• Jenne Heise
              ... Not all period roses were flat-petaled, by the way: there were double gallicas, and gallicas themselves aren t merely the heraldic roses. -- Jadwiga
              Message 6 of 9 , Sep 10, 2001
                > Try for a flat rose (tudor rose, for example....)

                Not all period roses were flat-petaled, by the way: there were double
                gallicas, and gallicas themselves aren't merely the heraldic roses.

                --
                Jadwiga Zajaczkowa, mka Jennifer Heise jenne@...
                disclaimer: i speak for no-one and no-one speaks for me.
                "It's no use trying to be clever-- we are all clever here; just try
                to be kind -- a little kind." F.J. Foakes-Jackson
              • Jenn Ridley
                On Mon, 10 Sep 2001 17:16:15 -0400 (EDT), Jenne Heise ... True, but did any of them ever show up on brocades? I was under the impression (perhaps mistaken)
                Message 7 of 9 , Sep 11, 2001
                  On Mon, 10 Sep 2001 17:16:15 -0400 (EDT), Jenne Heise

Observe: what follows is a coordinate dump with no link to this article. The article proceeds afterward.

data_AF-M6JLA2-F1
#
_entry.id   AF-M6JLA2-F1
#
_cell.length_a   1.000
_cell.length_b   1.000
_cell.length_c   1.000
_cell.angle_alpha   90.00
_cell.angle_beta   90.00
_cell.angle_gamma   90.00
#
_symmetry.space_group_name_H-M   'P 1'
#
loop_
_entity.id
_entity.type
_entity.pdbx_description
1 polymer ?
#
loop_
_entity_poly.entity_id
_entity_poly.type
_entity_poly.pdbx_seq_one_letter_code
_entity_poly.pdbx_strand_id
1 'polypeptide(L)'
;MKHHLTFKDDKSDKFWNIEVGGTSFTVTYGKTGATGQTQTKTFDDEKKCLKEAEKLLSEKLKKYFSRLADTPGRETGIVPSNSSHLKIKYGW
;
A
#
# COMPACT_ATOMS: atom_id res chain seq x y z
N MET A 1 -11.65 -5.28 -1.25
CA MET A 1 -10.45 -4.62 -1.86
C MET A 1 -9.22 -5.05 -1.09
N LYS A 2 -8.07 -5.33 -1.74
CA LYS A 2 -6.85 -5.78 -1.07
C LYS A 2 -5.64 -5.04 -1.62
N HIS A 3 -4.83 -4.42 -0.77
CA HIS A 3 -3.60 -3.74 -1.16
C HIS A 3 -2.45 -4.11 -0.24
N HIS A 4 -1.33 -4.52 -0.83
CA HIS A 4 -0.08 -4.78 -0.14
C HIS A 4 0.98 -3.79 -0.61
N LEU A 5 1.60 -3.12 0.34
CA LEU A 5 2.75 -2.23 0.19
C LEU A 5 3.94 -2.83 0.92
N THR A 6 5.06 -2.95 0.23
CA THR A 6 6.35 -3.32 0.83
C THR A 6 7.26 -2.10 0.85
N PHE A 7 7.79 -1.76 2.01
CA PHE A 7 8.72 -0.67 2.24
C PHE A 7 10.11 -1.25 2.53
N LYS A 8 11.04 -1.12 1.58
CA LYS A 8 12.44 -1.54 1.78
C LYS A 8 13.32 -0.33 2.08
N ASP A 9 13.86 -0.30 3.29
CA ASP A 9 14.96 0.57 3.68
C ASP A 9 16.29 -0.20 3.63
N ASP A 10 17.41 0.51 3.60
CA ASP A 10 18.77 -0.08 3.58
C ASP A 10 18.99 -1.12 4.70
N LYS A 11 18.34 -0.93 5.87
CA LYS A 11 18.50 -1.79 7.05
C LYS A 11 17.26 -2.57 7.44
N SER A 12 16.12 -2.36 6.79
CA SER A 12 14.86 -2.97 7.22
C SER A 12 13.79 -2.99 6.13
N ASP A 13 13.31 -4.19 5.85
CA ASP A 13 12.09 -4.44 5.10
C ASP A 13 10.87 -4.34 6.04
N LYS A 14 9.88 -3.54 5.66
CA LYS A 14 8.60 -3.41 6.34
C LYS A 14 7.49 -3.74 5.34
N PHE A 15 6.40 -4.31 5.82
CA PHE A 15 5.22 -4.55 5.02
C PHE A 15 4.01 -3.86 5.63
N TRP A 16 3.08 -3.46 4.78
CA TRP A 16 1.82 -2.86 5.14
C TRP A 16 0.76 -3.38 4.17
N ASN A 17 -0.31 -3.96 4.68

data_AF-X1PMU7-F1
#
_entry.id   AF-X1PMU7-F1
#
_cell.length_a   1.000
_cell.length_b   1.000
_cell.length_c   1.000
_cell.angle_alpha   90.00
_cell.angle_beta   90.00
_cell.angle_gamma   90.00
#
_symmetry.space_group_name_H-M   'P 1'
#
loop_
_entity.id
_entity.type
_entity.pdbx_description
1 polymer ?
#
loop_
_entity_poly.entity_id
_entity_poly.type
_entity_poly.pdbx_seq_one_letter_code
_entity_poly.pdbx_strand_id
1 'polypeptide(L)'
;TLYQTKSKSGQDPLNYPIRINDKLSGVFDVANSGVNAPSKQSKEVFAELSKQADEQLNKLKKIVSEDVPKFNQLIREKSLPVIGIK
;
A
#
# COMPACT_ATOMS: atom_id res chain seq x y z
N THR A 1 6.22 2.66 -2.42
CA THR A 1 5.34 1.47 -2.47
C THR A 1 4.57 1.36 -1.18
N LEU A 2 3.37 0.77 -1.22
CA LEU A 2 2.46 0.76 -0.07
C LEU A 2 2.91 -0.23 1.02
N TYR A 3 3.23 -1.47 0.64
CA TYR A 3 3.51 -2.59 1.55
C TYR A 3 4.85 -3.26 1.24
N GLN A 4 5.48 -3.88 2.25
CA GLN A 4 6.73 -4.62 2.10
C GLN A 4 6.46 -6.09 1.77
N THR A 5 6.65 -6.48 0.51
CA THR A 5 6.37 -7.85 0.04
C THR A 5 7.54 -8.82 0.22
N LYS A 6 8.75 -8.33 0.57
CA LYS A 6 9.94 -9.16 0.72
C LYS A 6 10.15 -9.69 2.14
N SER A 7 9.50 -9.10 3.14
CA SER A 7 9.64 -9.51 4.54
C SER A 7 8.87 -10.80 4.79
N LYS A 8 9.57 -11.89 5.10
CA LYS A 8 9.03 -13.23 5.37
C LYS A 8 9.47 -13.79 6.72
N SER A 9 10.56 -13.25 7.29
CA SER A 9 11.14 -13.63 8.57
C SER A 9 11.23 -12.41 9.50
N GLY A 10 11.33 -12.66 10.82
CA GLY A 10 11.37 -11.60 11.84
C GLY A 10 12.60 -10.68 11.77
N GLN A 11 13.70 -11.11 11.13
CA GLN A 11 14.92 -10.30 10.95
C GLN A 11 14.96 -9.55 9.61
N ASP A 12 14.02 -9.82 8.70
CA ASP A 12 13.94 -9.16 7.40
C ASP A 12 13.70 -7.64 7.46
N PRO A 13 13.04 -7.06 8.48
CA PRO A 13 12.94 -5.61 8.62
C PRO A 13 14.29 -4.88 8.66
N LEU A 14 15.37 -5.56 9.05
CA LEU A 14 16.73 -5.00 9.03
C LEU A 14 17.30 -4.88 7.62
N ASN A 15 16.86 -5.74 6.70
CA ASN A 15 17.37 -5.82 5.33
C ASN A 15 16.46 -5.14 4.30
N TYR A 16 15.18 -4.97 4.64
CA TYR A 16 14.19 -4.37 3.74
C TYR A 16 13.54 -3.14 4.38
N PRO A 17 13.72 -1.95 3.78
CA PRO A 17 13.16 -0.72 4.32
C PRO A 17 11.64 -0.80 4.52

<jenne@...> wrote:

                  >> Try for a flat rose (tudor rose, for example....)
                  >
                  >Not all period roses were flat-petaled, by the way: there were double
                  >gallicas, and gallicas themselves aren't merely the heraldic roses.

                  True, but did any of them ever show up on brocades? I was under the
                  impression (perhaps mistaken) that rose brocades in period were flat
                  roses.....

                  stasia
                  --
                  Anastasia Ivgenova
                  jridley@...
                • Rick Orli
                  Re offer below, yes please. Can anyone recommend an article or book that is sort of a survey of fabric types available in the 15-17th C for dummys ? Also,
                  Message 8 of 9 , Sep 14, 2001
                    Re offer below, yes please. Can anyone recommend an article or book
                    that is sort of a 'survey of fabric types available in the 15-17th C
                    for dummys' ?

                    Also, what is the meaning of your reference to 'Polish fabric
                    merchant'
                    -Rick

                    >If you want some book titles that have period pictures of fabric
                    designs let
                    > me know and I'll post them.
                    >
                    > Maria Pienkneplotno.... Polish fabric merchant